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Monday, December 10, 2012

Poor Clare Colettines - "Special Vocations Issue" by Mother Mary Francis, PCC

St. Padre Pio Quote

"Thank God and gently kiss his hand which strikes you; it is always the hand of a Father who strikes because He loves you." St. Padre Pio

On the renewal of Religious Vows - poem, Mother Mary Francis, PCC


On the renewal of Religious Vows

I saw the mists of sorrow lift like hands
And the gates of vigil melt like smiles.

And I heard a Voice like many waters say:
"No sparrow falls to the earth
Without a sigh in heaven.
And no dream dies."

Then I saw Your promises ride home like knights,
And I saw the floes of hate weep in the flames of Your love,
And the great hands of desire grow feeble
With the burgeon of Your poorness;
And I saw the masks of bitterness drop like weak tears
At the songs of Your surrender.

And then with a sound of opening blossoms
I heard a Voice say:
"The very sighs of your heart are numbered."

And I understood like a shout.

The mysteries of sorrow grew simple as fire
And the white throat of despair
Blushed with a psalm.

And the Seraphim came and warmed themselves at Your chastity.
And the Dominations waved palms before Your acquiescence.
And the Thrones veiled their faces before Your refusals.
Then I heard a Voice full of stars say:
"I have numbered your tears.
And no dream fell to the earth
Without my knowing."

I saw You open Your arms like eternity.

Then the mists settled on my heart again.

- Mother Mary Francis, PCC

"Broken Cisterns" - poem by Mother Mary Francis, PCC

Mother Mary Francis, PCC said, "God only knows the amount of suffering he allows His contemplatives to undergo." It's also perfectly Franciscan (and more so Catholic) to count all personal suffering as perfect joy:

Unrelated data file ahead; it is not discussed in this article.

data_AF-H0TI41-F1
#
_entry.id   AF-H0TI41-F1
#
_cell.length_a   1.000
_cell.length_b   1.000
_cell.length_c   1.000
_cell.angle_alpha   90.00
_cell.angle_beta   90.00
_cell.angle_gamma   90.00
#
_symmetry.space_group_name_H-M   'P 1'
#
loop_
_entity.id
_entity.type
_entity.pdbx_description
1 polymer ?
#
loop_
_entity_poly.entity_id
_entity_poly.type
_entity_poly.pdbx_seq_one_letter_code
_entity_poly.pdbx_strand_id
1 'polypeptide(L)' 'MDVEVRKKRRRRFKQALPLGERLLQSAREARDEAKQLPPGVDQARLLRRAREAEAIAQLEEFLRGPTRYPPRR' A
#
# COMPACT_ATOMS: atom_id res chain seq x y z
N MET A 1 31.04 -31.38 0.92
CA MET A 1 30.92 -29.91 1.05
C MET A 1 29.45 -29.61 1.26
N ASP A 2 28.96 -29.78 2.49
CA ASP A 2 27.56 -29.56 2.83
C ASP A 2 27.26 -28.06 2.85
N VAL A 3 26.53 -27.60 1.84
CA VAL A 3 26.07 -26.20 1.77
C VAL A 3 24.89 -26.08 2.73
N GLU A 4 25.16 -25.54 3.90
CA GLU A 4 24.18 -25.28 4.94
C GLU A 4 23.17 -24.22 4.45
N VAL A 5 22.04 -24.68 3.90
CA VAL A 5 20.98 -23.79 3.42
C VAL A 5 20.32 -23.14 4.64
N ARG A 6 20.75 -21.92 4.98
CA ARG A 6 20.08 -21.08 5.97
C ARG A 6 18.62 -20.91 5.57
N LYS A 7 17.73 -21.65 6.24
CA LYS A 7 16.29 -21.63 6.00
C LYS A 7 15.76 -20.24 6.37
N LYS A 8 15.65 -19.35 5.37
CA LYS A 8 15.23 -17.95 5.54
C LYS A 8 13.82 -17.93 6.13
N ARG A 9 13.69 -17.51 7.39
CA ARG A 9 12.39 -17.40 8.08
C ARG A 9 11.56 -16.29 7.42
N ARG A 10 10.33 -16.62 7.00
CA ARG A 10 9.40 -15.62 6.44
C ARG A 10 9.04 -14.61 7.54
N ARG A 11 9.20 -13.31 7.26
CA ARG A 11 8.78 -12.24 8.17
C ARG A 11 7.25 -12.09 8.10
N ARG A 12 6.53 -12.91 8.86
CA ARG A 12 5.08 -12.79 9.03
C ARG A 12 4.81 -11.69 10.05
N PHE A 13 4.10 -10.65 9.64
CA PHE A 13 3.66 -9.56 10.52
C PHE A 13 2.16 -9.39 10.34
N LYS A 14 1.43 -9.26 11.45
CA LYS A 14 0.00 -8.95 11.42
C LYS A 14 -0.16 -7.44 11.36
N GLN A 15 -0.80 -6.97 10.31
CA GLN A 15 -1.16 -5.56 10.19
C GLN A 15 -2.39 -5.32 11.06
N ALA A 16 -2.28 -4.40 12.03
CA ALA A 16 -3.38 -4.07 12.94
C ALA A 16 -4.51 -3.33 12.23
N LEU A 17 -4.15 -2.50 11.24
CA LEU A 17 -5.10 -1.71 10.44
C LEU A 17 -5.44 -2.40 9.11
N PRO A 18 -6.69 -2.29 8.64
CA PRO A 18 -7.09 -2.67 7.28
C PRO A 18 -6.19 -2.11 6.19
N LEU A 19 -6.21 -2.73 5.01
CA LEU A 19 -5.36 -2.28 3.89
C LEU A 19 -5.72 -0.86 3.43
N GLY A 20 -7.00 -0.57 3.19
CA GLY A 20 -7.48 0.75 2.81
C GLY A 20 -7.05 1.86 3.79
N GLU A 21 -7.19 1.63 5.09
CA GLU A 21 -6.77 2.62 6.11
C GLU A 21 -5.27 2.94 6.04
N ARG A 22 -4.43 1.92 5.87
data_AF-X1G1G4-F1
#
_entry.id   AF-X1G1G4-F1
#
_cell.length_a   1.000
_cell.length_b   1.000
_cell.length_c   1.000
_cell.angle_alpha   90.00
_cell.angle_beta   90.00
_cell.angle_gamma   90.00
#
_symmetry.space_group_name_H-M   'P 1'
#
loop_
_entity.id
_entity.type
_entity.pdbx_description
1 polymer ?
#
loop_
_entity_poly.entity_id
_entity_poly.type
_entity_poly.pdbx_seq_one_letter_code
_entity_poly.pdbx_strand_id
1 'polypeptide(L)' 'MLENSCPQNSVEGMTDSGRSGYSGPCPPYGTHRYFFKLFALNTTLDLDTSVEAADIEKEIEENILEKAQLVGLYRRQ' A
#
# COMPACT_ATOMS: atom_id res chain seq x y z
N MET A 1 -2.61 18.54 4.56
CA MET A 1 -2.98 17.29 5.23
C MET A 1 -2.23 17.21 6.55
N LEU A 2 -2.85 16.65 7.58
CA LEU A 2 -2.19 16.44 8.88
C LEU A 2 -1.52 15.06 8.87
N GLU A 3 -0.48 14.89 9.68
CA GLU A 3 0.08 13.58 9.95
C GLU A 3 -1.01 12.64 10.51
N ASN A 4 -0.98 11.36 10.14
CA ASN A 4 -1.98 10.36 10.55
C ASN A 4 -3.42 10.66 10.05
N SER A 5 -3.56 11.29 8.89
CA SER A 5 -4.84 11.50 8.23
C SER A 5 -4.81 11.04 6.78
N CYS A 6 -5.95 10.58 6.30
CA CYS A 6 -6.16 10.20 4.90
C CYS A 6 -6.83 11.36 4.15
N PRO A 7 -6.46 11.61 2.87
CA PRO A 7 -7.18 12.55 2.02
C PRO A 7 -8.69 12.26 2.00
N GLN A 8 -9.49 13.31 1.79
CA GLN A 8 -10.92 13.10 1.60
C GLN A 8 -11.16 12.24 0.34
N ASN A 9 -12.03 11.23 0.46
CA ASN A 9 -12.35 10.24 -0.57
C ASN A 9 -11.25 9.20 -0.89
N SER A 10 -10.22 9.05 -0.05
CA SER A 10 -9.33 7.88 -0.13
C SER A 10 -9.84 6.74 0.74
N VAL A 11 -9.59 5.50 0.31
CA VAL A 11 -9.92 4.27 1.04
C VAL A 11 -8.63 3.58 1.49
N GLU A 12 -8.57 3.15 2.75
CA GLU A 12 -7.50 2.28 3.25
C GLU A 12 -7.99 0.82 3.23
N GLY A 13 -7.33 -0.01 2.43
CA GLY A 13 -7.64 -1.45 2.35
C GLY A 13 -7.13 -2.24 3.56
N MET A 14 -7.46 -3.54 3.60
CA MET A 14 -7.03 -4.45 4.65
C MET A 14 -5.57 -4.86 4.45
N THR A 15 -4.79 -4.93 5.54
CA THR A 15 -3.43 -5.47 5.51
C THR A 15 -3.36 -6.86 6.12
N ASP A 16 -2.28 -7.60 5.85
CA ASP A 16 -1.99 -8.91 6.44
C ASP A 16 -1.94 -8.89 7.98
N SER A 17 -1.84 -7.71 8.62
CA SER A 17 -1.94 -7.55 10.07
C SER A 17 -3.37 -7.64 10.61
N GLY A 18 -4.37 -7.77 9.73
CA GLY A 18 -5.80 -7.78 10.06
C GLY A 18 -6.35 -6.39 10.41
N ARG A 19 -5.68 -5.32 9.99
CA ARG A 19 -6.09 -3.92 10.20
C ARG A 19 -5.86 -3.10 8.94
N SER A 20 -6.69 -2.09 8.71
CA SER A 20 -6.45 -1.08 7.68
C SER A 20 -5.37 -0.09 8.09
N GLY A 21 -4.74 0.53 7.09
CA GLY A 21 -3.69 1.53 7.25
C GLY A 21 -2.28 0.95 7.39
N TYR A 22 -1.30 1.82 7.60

"Broken Cisterns"

He is as zephyred winds upon the soul,
They said,
And cloudless cloister skies
Yawn over the galeless haven of the heart.

Strange, no one said His love would be
A vague unrest in all my deepest peace...

They spoke with sighs of flowery cloister ways
And of His smile
Like satin songs of evening.

But not a word was ever said of how
His gentle eyes would flog away repose,
And no one ever mentioned how His voice would thunder
Down my cool-seated caverns of compromise

My hands, according to their counsel sheltered
For quiet prayer, they never told would bleed
With steep ascents' crag clinging, and the feet
They set to flower bordered ways
They never said would know
Of black rocks' tearing, torturous paths
Among forbidden trees

No, no on even hinted at the swords of His demand
That part the flesh from bone and leave the heart
Riven with a wild and white desire.
And no one knows except He once has heard
That loud, imperious call in His own heart
And left all padded satisfaction for the climb
That knows no peak. But this is all of joy.

- Mother Mary Francis, PCC

Another of Mother of Mary Francis' Poems

Whom God Loves, He Chastises

"Whom God loves, He chastises; and He
scourges every son whom He receives."
-Heb 12:6

Reciprocally suds-splashed, skirts colliding
In narrow cloisters, or invoking gravely
The Trinity's Third Person on
Our shelling of the peas,
We laced the communal months with strings of days
Lifted from shared profundities, together,
Investigated midnight with our psalms,
Summoned the dawn with antiphons, and pondered
With hymns the twilight mysteries, together,

Not braced for flat of hand on cheek of life,
On fragile pulse of heart, till sunlight was
Shadow-invaded, shade-infested, stricken